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Monasteries in Shannan

Samye Monastery, Shannan, Tibet Samye Monastery

Located at the foot of Hepori Mountain and north of the Yarlong Tsangpo River, Samye Monastery is about 30 kilometers (18 miles) from Tsedang. Holding the title 'the First Monastery of Tibet', Samye Monastery was built by the two famous India monks, Padmasambhava and Santarakshita, under the orders of King Trisong Detsen in the eighth century. Soon after the construction finished, King Trisong Detsen ordered seven Tibetan nobles tonsured at Samye Monastery, and they became the first group of monks in Tibet.

At the center is the large, three-storied Great Hall. Covering an area of more than 6,000 square meters (about 1.48 acres) and facing the east, the Great Hall is unique because of its special styles. The first floor is Tibetan style; the second is Chinese Han style while the top floor is Indian style. All the murals and statues in each floor are also painted or sculpted in the three styles. Samye is also called 'Three Styles Monastery'. Murals on the wall are also splendid. The beginning of Tibetan, the foundation of the Yellow Hat Sect, the stories of Samye Monastery and Padmasambhava and the outstanding achievements of the ninth Dalai Lama are all depicted vividly by the murals.

Murals in Samye Monastery, Shannan 

The layout of Samye is complicated. According to the world view of Buddhism, the Great Hall is just like the center of the world where Buddhas live. The Sun and Moon Chapels encircled the Great Hall represent the sun and the moon. Four chapels and eight small chapels scattered in all directions embody four continents and eight eparchies where common people live. In addition, four Stupas representing the Four Heavenly Kings can be found around outside perimeter of the Great Hall.

As Samye is far away from Tsedang or Lhasa, visitors have to  take a coach to the Samye Ferry first. About CNY 10 is requestd to travel on an open, flat-bottomed ferry (along with about 50 people) which takes them to the northern bank of the Yarlong Tsangpo River. After landing, a motorcar from Samye Monastery are waiting for any services.

Admission Fee: CNY 45
Recommended Time
for a Visit
Two to three hours

 Mindroling Monastery  

As the most important monastery of Nyingmapa (or the Red Sect), the Mindroling Monastery lies east of the Dranang River in Dranang county. Surrounded by mountains and facing east, Mindroling was originally built in the 17th century and rebuilt in 1720.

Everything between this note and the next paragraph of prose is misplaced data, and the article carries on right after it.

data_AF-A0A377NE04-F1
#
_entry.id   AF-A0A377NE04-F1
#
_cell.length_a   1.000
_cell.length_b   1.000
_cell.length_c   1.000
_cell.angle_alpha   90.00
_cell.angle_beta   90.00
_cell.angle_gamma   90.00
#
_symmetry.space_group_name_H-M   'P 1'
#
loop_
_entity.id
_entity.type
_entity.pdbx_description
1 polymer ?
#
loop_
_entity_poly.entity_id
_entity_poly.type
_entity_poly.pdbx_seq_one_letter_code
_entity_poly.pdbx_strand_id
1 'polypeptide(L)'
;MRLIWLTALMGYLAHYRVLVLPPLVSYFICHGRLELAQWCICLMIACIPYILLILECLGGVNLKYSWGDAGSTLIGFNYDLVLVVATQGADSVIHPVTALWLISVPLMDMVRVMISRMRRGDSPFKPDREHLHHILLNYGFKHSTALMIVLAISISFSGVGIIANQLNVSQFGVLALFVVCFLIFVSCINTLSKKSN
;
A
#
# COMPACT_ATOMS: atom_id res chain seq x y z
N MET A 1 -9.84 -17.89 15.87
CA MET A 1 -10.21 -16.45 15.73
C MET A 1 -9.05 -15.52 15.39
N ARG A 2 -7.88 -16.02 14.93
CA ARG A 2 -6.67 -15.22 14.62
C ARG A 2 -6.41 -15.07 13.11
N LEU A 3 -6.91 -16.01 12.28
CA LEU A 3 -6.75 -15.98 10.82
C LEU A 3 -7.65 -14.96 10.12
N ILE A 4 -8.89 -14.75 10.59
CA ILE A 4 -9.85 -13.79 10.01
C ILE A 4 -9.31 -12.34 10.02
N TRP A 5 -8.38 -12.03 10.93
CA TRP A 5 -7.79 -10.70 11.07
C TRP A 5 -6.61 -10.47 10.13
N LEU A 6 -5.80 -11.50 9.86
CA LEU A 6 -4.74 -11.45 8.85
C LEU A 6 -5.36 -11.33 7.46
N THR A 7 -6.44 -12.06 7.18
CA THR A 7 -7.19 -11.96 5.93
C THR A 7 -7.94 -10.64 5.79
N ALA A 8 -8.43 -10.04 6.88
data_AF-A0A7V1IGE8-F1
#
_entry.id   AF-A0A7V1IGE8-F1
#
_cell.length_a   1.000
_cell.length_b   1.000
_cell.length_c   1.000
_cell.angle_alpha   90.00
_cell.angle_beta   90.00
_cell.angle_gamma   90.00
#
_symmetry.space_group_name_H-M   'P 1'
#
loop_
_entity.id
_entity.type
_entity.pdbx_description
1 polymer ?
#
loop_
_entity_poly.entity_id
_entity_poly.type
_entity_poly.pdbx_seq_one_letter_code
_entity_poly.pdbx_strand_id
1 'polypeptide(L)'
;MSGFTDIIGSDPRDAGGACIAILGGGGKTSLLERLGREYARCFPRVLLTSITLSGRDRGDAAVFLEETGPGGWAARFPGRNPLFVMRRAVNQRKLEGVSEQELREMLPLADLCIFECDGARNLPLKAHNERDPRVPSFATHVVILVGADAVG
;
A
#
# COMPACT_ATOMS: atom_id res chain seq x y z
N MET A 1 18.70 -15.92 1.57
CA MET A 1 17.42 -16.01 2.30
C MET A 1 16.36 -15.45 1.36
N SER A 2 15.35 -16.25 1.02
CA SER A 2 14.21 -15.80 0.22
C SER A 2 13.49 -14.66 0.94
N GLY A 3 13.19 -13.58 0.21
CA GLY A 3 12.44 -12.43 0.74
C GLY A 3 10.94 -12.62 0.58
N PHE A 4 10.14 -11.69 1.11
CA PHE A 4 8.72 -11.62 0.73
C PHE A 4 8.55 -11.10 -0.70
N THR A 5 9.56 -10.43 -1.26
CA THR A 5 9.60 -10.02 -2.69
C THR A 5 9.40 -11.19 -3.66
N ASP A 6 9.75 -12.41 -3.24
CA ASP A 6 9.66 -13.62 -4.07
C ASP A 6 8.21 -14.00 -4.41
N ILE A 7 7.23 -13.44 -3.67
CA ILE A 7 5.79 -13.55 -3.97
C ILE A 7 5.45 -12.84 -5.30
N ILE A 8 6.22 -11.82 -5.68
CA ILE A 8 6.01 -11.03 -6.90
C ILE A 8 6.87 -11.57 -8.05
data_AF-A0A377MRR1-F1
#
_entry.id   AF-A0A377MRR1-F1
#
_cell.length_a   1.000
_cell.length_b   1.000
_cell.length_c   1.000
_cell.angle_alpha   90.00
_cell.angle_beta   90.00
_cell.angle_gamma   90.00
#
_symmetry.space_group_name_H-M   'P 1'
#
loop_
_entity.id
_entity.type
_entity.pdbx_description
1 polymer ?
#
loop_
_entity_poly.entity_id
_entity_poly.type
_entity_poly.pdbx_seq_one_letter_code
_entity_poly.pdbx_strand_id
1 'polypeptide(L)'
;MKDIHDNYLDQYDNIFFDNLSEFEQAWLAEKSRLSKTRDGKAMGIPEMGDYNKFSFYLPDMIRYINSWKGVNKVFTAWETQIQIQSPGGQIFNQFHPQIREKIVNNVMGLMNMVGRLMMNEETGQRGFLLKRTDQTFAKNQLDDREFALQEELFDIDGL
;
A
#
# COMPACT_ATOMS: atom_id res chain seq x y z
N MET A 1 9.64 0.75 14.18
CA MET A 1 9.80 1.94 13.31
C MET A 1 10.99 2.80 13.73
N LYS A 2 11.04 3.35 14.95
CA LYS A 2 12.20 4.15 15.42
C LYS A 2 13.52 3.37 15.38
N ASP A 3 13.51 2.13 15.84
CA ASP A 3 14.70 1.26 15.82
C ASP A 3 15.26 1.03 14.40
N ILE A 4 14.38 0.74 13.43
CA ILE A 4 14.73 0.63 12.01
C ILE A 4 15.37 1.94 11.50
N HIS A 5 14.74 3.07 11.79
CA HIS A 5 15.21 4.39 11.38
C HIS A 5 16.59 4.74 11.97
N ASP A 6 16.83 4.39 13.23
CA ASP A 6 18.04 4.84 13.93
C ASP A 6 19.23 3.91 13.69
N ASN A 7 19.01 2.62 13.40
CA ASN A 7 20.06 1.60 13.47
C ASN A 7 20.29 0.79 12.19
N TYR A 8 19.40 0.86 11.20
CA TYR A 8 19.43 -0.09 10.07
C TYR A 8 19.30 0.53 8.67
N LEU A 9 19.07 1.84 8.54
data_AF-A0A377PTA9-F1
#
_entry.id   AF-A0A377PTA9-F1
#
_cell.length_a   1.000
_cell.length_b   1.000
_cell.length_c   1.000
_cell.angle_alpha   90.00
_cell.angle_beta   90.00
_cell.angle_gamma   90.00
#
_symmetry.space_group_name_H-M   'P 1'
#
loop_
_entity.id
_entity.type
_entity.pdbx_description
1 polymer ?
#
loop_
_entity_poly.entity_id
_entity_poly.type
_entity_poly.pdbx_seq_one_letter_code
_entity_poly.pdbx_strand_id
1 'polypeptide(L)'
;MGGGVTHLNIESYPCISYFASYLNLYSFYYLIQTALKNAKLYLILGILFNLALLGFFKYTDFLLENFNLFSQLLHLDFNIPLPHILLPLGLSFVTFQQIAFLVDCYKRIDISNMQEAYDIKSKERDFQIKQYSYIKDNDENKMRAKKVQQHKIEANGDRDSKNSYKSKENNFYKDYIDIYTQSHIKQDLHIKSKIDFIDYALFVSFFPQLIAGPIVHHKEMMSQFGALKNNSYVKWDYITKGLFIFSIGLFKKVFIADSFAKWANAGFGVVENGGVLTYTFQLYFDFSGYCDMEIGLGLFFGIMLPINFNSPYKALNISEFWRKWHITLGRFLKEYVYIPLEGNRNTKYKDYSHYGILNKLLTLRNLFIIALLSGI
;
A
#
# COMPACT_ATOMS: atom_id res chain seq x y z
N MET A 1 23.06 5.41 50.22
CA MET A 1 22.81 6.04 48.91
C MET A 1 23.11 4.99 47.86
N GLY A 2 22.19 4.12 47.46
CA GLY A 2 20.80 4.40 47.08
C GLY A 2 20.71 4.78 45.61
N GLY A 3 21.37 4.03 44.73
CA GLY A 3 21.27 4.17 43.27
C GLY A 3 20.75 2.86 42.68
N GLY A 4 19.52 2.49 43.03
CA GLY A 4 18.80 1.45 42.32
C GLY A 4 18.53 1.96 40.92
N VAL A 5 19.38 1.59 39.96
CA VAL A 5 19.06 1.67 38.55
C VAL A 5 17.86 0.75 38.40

It covers an area of more than 100,000 sq meters (about 24.8 acres) with the Main
Chanting Hall as the major construction. Nyingmapa, the oldest sect of Tibetan Buddhism, was founded by Padmasambhava (an Indian monk who introduced Esoteric Buddhism into Tibet) in the eighth century and retains many elements of tantra and pre-Buddhist Bon faith. Murals of Buddha in the hallways are awesome with many painted heads and arms which is very different from other sects of Tibetan Buddhism. Monks of Nyingmapa are allowed to marry and the throne of the abbot is passed on from father to son or son-in-law. Mindroling is also famous for its research in astronomy and astrology as well as calligraphy. Terdak Lingpa, the tutor of the Fifth Dalai Lama, was one of the many high lamas of Mindroling who were chosen to teach in Potala. Mentsekhang, where the Tibetan calendars are compiled, also continues to invite many high lamas from Mindroling every year.
Admission Fee: CNY15

Courtyard of Samye Monastery, Shannan, Tibet

 Trankdruk Monastery  

Trankdruk Monastery lies five kilometers (3 miles) south of Tsedang, on the east bank of the Yarlung River. It was originally built during the reign of King Songtsen Gampo, and used as the winter palace for the King and his Chinese wife, Princess Wen Cheng. 

Trankdruk consists of a Great Hall, an aisle around it and a yard. The statues of Songtsen Gampo, Princess Wen Cheng, Sakyamuni and Chenrezi are enshrined on the first floor. A statue of Padmasambhava, who studied and practiced here in the past, is located in the middle of the second floor. An invaluable treasure, a pearl thangka depicting Chenrezi in repose, is also preserved in the Trankdruk Monastery. This fabulous thangka was made of almost 30,000 pearls as well as a diamond, two rubies, many other gems including sapphire, gold, and coral. Although this tangka was made around Yuan Dynasty (1271 - 1368), it is still well preserved. A thangka which was made by Princess Wencheng is also in good condition. 

Admission Fee: CNY70
Recommended Time for a Visit: One and a half hours